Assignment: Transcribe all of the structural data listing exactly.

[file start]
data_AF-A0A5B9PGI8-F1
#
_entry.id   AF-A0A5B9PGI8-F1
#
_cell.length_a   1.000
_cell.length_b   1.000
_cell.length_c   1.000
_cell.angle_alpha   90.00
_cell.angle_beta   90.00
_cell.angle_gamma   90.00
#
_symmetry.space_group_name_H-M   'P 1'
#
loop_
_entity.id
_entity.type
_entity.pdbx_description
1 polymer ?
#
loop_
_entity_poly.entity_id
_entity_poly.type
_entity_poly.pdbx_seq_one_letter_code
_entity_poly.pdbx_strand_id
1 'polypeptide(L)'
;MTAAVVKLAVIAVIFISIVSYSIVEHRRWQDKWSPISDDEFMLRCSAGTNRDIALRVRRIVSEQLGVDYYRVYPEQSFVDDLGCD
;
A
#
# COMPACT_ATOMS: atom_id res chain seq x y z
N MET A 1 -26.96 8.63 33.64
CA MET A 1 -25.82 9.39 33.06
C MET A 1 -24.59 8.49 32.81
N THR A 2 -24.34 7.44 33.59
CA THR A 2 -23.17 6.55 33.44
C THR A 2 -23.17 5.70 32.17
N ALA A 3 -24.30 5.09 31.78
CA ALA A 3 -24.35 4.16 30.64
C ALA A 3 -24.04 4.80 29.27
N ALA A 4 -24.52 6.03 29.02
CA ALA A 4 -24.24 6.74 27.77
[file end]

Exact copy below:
data_AF-A0A5B9PGI8-F1
#
_entry.id   AF-A0A5B9PGI8-F1
#
_cell.length_a   1.000
_cell.length_b   1.000
_cell.length_c   1.000
_cell.angle_alpha   90.00
_cell.angle_beta   90.00
_cell.angle_gamma   90.00
#
_symmetry.space_group_name_H-M   'P 1'
#
loop_
_entity.id
_entity.type
_entity.pdbx_description
1 polymer ?
#
loop_
_entity_poly.entity_id
_entity_poly.type
_entity_poly.pdbx_seq_one_letter_code
_entity_poly.pdbx_strand_id
1 'polypeptide(L)'
;MTAAVVKLAVIAVIFISIVSYSIVEHRRWQDKWSPISDDEFMLRCSAGTNRDIALRVRRIVSEQLGVDYYRVYPEQSFVDDLGCD
;
A
#
# COMPACT_ATOMS: atom_id res chain seq x y z
N MET A 1 -26.96 8.63 33.64
CA MET A 1 -25.82 9.39 33.06
C MET A 1 -24.59 8.49 32.81
N THR A 2 -24.34 7.44 33.59
CA THR A 2 -23.17 6.55 33.44
C THR A 2 -23.17 5.70 32.17
N ALA A 3 -24.30 5.09 31.78
CA ALA A 3 -24.35 4.16 30.64
C ALA A 3 -24.04 4.80 29.27
N ALA A 4 -24.52 6.03 29.02
CA ALA A 4 -24.24 6.74 27.77